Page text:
I have been thinking lately about the motion sickness I used to get while I was swimming.   It just kind of went away as fast as it first appeared.  It is important to understand the cause of motion sickness so that a proper resolution can be found.  The best way that I can think of to describe the cause of motion sickness is that you feel a motion that your eyes don’t see.  This can be counteracted in some cases by anticipating the motion before it happens.  In a car, for example, I often get motion sickness when I think the driver is about to turn right, but instead they turn left.  In the case of swimming laps, I think the motion sickness may have been caused by a few things:

  • My swim goggles fogging up
  • The motion of the water in the pool
  • Breathing issues while swimming

Swim Goggles Fogging Up

I noticed at one point that my goggles were fogging up and making it hard for me to see.  When I took a break, the water movement combined with the blurred vision seemed to make me dizzy.  Dizziness always translates to motion sickness for me.

Solution: I have tried a couple of things.  I bought some anti-fog solution which holds the fog off for the most part.  My head gets hot when I exercise, so that causes most of the fogging.  The anti-fog helps substantially, but they still do fog from time to time, especially when the anti-fog wears out.  I have gotten into the practice of taking my goggles off at each break (which is very for me right now) and wetting them to clear the fog.  That certainly helps.  I read once that contact solution in the goggles before you put them on would help.  I guess it sloshes around in them while you’re swimming.  I haven’t tried that, but I think for people with motion sickness the sloshing around might make matters worse.

The Motion of the Water

At one point I really thought the motion of the water was the culprit.  That freaked me out because I can’t control that.  I still think there might be some merit to that one, especially if you are resting and not in motion.  While you’re swimming, however, your body is in constant motion.  If you are swimming correctly, the motion of the water will be negligible compared to your forward motion, and your body rotation.  Since you are controlling both the forward motion, and the body rotation it shouldn’t be too bad.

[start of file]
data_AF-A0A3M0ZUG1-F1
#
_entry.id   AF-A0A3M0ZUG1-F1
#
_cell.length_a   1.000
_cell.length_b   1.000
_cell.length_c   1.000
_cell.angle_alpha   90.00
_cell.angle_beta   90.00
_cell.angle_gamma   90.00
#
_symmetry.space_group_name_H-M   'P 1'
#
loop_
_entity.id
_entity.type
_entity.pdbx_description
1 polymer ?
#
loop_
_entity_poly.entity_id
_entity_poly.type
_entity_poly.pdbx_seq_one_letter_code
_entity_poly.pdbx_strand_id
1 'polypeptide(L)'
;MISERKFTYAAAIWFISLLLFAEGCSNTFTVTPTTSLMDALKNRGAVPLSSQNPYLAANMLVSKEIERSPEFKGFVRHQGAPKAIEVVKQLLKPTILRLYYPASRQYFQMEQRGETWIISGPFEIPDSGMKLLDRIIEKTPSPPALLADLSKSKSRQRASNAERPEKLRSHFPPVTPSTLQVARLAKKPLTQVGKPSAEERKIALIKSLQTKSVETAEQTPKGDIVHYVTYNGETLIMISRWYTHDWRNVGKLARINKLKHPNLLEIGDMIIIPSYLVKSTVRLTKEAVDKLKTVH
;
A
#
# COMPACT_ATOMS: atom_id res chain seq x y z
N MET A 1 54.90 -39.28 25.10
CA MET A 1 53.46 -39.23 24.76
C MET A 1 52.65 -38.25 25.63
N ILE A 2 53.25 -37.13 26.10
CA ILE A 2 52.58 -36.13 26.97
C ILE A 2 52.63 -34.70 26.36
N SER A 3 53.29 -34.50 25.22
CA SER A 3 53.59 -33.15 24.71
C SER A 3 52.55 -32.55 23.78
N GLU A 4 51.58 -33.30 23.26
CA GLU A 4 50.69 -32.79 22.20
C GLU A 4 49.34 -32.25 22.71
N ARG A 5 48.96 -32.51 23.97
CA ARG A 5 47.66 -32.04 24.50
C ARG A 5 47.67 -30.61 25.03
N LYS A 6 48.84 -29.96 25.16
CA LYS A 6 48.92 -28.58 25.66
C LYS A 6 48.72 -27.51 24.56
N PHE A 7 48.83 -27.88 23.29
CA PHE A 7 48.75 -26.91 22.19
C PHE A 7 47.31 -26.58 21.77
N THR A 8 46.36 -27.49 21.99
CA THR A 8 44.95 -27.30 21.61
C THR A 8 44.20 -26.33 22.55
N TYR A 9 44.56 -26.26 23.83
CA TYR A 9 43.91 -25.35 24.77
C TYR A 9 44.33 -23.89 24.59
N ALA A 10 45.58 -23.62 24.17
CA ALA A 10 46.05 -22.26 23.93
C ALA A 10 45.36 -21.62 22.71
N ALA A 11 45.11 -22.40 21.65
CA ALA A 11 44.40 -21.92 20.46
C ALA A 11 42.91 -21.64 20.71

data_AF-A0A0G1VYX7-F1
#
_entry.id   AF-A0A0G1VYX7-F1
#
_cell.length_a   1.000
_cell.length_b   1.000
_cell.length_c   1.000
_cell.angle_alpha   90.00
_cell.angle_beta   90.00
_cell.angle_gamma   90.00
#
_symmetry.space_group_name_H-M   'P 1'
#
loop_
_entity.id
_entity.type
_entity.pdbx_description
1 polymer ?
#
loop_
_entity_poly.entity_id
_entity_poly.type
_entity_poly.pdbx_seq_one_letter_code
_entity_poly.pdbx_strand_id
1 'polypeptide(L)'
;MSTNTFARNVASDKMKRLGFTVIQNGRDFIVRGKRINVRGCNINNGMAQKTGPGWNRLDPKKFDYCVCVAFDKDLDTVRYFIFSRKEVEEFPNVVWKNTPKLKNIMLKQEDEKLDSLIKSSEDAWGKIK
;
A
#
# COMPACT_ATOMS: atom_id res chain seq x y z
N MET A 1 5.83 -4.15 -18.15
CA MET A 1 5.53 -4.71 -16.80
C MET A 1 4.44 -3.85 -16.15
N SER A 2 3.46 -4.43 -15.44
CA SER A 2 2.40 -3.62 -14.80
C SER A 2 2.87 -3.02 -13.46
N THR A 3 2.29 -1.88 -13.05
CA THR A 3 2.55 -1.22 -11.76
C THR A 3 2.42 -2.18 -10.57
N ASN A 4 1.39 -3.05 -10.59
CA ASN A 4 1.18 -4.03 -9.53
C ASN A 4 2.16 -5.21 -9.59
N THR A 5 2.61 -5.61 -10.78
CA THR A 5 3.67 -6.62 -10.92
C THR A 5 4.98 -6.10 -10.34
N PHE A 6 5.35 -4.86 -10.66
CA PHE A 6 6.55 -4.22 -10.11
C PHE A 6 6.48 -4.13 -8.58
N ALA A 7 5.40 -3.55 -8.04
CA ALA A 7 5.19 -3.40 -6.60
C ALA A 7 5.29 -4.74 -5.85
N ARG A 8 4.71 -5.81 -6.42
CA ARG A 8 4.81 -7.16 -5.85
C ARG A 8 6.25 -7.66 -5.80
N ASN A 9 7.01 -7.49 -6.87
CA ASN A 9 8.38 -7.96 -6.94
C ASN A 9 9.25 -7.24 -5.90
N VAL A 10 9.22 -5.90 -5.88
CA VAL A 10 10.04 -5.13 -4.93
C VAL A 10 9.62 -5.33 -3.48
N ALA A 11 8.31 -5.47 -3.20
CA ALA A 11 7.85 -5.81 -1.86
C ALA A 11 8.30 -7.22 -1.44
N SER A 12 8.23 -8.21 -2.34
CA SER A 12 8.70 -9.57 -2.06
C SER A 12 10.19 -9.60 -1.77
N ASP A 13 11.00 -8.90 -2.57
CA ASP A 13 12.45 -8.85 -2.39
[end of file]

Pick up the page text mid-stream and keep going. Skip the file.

Solution:  This is a tough one.  At this point I don’t think the motion of the water was causing my motion sickness.  I think it may have been accentuating the issues I was having with the fogging.  Of course, if you aren’t holding your head still during the body rotation (i.e. stay facing the bottom of the pool) the constant rocking of the head could be a cause of the motion sickness as well.  Keeping your head in the same spot relative to the bottom of the pool, except when you’re breathing, could be the key to helping the motion sickness.  Another possible solution is to use Dramamine or some other motion sickness medicine.  I’m not sure how that will impact your performance however.  Aside from the drowsiness, it may cause issues with water retention, heart rate, and race nutrition.  I would advise seeking the advice of a doctor before trying that, and of course always try it in training before the big race.

Breathing Issues

I think this might be the biggie.  When I first started swimming, and even now at times, I would rock my head to get air.  That quick twist was obviously more of a panicked reaction than a proper breathing technique.  It’s that quick jerky motion that may have caused my motion sickness.  I also tended to over-rotate to get to the air.  Any of these excessive movements combined with the fact that I was holding my breath under water instead of exhaling, and I was really setting myself up to get sick.

Solution: I have been breathing much better lately.  I don’t twist as far around, in fact the other day I had my first session of swimming where I was able to breath while keeping one goggle in the water.  Also, you should always be exhaling while your head is in the water.  That will help make sure that you minimize the amount of time you spend with your head out of water.  I think learning how to breath properly is the key to feeling comfortable in the pool.

In my first triathlon, there was a ton of small waves in the pool from everyone swimming and from the fact that there were no swim lane markers to break the waves.  I felt a lot of swaying, and although I had plenty of other issues with the swim, I didn’t have any issues with motion sickness.  I think that if you give it time, eventually you will stop getting sick.  Of course, when I get to open water swimming, I may start getting sick again.  If that happens, it’s back to the drawing board!  I have also heard about physical therapy for motion sickness.  Apparently there is some sort of controlled motion technique that is supposed to recalibrate the motion/vision issues and help to reduce or eliminate motion sickness.  If I ever give that a try, I’ll write a post about it.